Belarus amending the non-nuclear constitution in the conflict between Russia and Ukraine

Belarus will amend its non-nuclear constitution to allow nuclear weapons after a referendum on Sunday during Russia’s invasion of Ukraine.

According to the Belarus Central Election Commission, turnout was 78.61%, of which 65.2% voted in favor of this change.

With the amendment, Belarusian President Alexander Lukashenko gave him the option to return nuclear weapons to Belarus’ soil for the first time since the country abandoned nuclear weapons after the collapse of the Soviet Union, and Lukashenko threw his support behind the Russian president. When Vladimir Putin and his military attack on Ukraine raised stakes, citing the need to protect the rights of Russian-speaking groups living east of the country. They also allow Russian troops to stay permanently in Belarusian soil.

The West said it would not be aware of the outcome of the referendum, which was held against the backdrop of a thorough crackdown on the government’s domestic opponents.

Lukashenko said at a polling place on Sunday that he would request Russia to return its nuclear weapons to Belarus if the West moved to arm neighboring NATO countries.

“If you (the West) move nuclear weapons to Poland, Lithuania, our borders, I unconditionally rely on Putin to return the nuclear weapons I have given,” he said.

Belarus handed over its nuclear weapons to Russia Budapest Memorandum of UnderstandingRussia guaranteed to respect independence and sovereignty UkraineBelarus, Kazakhstan in exchange for nuclear disarmament.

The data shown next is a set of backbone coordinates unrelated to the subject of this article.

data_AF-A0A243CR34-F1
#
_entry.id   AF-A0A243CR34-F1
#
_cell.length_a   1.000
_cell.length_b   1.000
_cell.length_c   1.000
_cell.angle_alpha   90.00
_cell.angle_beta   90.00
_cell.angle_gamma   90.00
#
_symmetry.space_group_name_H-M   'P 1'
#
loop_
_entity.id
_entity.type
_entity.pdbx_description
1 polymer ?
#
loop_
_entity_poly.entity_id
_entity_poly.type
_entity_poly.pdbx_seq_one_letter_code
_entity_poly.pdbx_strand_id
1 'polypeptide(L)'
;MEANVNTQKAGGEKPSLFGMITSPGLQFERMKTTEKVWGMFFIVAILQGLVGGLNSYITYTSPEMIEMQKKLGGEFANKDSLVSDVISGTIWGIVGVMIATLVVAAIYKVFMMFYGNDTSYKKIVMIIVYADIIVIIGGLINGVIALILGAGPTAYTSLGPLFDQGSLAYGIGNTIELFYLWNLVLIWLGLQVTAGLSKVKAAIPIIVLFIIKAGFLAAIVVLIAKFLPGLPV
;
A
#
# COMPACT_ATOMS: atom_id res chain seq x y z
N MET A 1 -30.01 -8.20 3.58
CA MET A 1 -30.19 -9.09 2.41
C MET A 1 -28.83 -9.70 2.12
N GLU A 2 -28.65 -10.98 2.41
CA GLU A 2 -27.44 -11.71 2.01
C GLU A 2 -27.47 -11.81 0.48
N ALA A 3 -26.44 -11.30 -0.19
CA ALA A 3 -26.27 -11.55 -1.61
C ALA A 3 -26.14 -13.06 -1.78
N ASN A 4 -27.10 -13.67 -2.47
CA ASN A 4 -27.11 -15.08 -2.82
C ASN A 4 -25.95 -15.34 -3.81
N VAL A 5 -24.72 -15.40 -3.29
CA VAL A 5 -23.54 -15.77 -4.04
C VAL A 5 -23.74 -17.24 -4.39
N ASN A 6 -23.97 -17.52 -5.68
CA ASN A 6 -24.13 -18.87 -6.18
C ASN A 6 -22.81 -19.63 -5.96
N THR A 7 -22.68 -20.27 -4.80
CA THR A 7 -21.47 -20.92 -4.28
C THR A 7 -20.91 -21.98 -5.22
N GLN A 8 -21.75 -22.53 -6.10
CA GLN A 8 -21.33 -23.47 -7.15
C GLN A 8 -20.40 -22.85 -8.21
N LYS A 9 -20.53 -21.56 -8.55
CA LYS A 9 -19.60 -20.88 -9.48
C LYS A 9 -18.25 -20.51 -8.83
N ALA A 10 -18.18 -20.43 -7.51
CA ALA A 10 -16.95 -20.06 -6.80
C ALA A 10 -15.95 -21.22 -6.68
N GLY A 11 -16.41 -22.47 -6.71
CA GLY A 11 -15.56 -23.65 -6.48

and Video message On Monday, Ukrainian President Volodymyr Zelensky said he had a telephone conversation with Lukashenko, explaining “the impossibility of our conflict.” The two leaders haven’t talked for two years.

“I don’t want missiles, planes and helicopters to fly from Belarus to Ukraine. I don’t want the troops to go from Belarus to Ukraine, and he assured me that,” he said. ..

Zelensky said on Sunday that Ukrainian officials will meet with Russian officials without prior conditions at the Ukrainian-Belarus border.

He said Lukashenko assured that “at the time of the departure, negotiations and return of the Ukrainian delegation, all planes, helicopters and missiles located on Belarus’ territory would remain on the ground.”

The new constitution was also created by Lukashenko and empowers the entire Belarusian People’s Parliament, which was occupied by party supporters, local councils, officials, and activists of pro-governmental organizations.

In addition, after the president resigns, he will be exempt from prosecution for life and, if elected, will be given the option to extend the rules for up to 40 years until 2035. His current term ends in 2025.

Rights activists claimed that the referendum triggered anti-war protests in several cities in Belarus, detaining at least 290 people.

Massive protests broke out in 2020 following an election dispute that opposition alleged that Lukashenko had cheated. More than 35,000 people were arbitrarily detained for exercising their right to peaceful assembly freedom, including victims of abuse, the United Nations High Commissioner for Human Rights. Said last year.

“Of the more than 530 people who thought Belarusian human rights activists were imprisoned for their political views and activities, three opposition candidates were still off limits,” the rights group said. rice field.

Jack Phillips and Reuters contributed to this report.

Aldograph Redley


Aldgra Fredly is a Malaysia-based freelance writer featuring the Epoch Times Asia Pacific News.